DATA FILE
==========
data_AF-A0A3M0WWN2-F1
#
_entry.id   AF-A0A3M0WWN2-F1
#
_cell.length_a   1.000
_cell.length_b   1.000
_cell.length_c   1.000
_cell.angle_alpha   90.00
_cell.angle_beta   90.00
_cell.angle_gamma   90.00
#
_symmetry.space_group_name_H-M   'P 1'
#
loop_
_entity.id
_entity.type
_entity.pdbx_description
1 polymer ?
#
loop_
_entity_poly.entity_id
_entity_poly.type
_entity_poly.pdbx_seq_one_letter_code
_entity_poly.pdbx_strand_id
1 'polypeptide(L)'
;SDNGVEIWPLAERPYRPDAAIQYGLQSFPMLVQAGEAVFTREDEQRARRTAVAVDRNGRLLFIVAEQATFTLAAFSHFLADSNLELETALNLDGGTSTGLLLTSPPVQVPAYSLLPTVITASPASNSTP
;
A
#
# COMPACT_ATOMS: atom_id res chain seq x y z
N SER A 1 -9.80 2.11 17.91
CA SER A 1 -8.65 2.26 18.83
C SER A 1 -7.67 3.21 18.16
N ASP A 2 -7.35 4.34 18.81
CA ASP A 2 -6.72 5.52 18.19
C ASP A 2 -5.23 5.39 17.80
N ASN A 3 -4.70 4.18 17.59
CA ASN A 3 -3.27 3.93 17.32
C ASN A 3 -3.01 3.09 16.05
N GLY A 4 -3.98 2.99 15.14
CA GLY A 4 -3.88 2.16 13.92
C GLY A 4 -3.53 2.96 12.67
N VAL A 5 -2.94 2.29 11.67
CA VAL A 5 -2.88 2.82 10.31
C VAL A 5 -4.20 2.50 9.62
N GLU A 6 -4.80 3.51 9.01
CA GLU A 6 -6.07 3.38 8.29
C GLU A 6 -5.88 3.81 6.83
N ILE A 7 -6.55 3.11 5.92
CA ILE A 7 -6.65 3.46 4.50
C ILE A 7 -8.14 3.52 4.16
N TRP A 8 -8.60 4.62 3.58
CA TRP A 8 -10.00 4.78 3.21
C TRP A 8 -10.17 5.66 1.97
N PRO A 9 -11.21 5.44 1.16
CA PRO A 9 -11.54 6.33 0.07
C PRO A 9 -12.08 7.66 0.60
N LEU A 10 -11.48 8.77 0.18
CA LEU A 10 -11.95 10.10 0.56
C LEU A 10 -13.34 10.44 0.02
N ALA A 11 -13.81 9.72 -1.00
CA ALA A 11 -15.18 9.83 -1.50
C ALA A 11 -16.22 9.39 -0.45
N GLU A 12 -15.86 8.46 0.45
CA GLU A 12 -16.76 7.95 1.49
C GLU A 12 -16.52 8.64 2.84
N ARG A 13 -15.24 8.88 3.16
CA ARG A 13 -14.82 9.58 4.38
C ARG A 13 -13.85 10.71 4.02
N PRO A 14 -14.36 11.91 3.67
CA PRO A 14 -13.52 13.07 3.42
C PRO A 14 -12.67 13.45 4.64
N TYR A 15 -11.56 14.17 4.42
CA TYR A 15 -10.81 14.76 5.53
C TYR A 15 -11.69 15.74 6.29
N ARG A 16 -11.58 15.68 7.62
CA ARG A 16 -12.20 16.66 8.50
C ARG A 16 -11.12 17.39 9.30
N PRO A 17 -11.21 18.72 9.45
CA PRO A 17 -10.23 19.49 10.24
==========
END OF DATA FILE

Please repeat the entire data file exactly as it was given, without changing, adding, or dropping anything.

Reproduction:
data_AF-A0A3M0WWN2-F1
#
_entry.id   AF-A0A3M0WWN2-F1
#
_cell.length_a   1.000
_cell.length_b   1.000
_cell.length_c   1.000
_cell.angle_alpha   90.00
_cell.angle_beta   90.00
_cell.angle_gamma   90.00
#
_symmetry.space_group_name_H-M   'P 1'
#
loop_
_entity.id
_entity.type
_entity.pdbx_description
1 polymer ?
#
loop_
_entity_poly.entity_id
_entity_poly.type
_entity_poly.pdbx_seq_one_letter_code
_entity_poly.pdbx_strand_id
1 'polypeptide(L)'
;SDNGVEIWPLAERPYRPDAAIQYGLQSFPMLVQAGEAVFTREDEQRARRTAVAVDRNGRLLFIVAEQATFTLAAFSHFLADSNLELETALNLDGGTSTGLLLTSPPVQVPAYSLLPTVITASPASNSTP
;
A
#
# COMPACT_ATOMS: atom_id res chain seq x y z
N SER A 1 -9.80 2.11 17.91
CA SER A 1 -8.65 2.26 18.83
C SER A 1 -7.67 3.21 18.16
N ASP A 2 -7.35 4.34 18.81
CA ASP A 2 -6.72 5.52 18.19
C ASP A 2 -5.23 5.39 17.80
N ASN A 3 -4.70 4.18 17.59
CA ASN A 3 -3.27 3.93 17.32
C ASN A 3 -3.01 3.09 16.05
N GLY A 4 -3.98 2.99 15.14
CA GLY A 4 -3.88 2.16 13.92
C GLY A 4 -3.53 2.96 12.67
N VAL A 5 -2.94 2.29 11.67
CA VAL A 5 -2.88 2.82 10.31
C VAL A 5 -4.20 2.50 9.62
N GLU A 6 -4.80 3.51 9.01
CA GLU A 6 -6.07 3.38 8.29
C GLU A 6 -5.88 3.81 6.83
N ILE A 7 -6.55 3.11 5.92
CA ILE A 7 -6.65 3.46 4.50
C ILE A 7 -8.14 3.52 4.16
N TRP A 8 -8.60 4.62 3.58
CA TRP A 8 -10.00 4.78 3.21
C TRP A 8 -10.17 5.66 1.97
N PRO A 9 -11.21 5.44 1.16
CA PRO A 9 -11.54 6.33 0.07
C PRO A 9 -12.08 7.66 0.60
N LEU A 10 -11.48 8.77 0.18
CA LEU A 10 -11.95 10.10 0.56
C LEU A 10 -13.34 10.44 0.02
N ALA A 11 -13.81 9.72 -1.00
CA ALA A 11 -15.18 9.83 -1.50
C ALA A 11 -16.22 9.39 -0.45
N GLU A 12 -15.86 8.46 0.45
CA GLU A 12 -16.76 7.95 1.49
C GLU A 12 -16.52 8.64 2.84
N ARG A 13 -15.24 8.88 3.16
CA ARG A 13 -14.82 9.58 4.38
C ARG A 13 -13.85 10.71 4.02
N PRO A 14 -14.36 11.91 3.67
CA PRO A 14 -13.52 13.07 3.42
C PRO A 14 -12.67 13.45 4.64
N TYR A 15 -11.56 14.17 4.42
CA TYR A 15 -10.81 14.76 5.53
C TYR A 15 -11.69 15.74 6.29
N ARG A 16 -11.58 15.68 7.62
CA ARG A 16 -12.20 16.66 8.50
C ARG A 16 -11.12 17.39 9.30
N PRO A 17 -11.21 18.72 9.45
CA PRO A 17 -10.23 19.49 10.24